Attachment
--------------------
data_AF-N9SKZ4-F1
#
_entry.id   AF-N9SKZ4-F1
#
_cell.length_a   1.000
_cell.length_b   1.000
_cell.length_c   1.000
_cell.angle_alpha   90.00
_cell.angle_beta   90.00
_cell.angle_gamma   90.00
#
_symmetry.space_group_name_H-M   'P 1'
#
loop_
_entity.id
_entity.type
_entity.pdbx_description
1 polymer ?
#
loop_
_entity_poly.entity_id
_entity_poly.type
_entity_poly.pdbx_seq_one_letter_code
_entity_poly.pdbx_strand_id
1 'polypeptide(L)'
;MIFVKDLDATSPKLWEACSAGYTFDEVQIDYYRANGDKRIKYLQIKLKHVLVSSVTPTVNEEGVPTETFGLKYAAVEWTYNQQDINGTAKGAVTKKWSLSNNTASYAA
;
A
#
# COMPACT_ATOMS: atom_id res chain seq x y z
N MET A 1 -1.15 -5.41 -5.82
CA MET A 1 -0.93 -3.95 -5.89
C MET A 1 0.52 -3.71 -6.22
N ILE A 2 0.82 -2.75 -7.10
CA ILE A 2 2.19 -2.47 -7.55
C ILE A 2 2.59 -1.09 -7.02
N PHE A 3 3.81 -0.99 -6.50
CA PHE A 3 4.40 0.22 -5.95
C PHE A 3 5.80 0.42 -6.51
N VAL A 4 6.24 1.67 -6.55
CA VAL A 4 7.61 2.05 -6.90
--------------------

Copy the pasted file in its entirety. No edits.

data_AF-N9SKZ4-F1
#
_entry.id   AF-N9SKZ4-F1
#
_cell.length_a   1.000
_cell.length_b   1.000
_cell.length_c   1.000
_cell.angle_alpha   90.00
_cell.angle_beta   90.00
_cell.angle_gamma   90.00
#
_symmetry.space_group_name_H-M   'P 1'
#
loop_
_entity.id
_entity.type
_entity.pdbx_description
1 polymer ?
#
loop_
_entity_poly.entity_id
_entity_poly.type
_entity_poly.pdbx_seq_one_letter_code
_entity_poly.pdbx_strand_id
1 'polypeptide(L)'
;MIFVKDLDATSPKLWEACSAGYTFDEVQIDYYRANGDKRIKYLQIKLKHVLVSSVTPTVNEEGVPTETFGLKYAAVEWTYNQQDINGTAKGAVTKKWSLSNNTASYAA
;
A
#
# COMPACT_ATOMS: atom_id res chain seq x y z
N MET A 1 -1.15 -5.41 -5.82
CA MET A 1 -0.93 -3.95 -5.89
C MET A 1 0.52 -3.71 -6.22
N ILE A 2 0.82 -2.75 -7.10
CA ILE A 2 2.19 -2.47 -7.55
C ILE A 2 2.59 -1.09 -7.02
N PHE A 3 3.81 -0.99 -6.50
CA PHE A 3 4.40 0.22 -5.95
C PHE A 3 5.80 0.42 -6.51
N VAL A 4 6.24 1.67 -6.55
CA VAL A 4 7.61 2.05 -6.90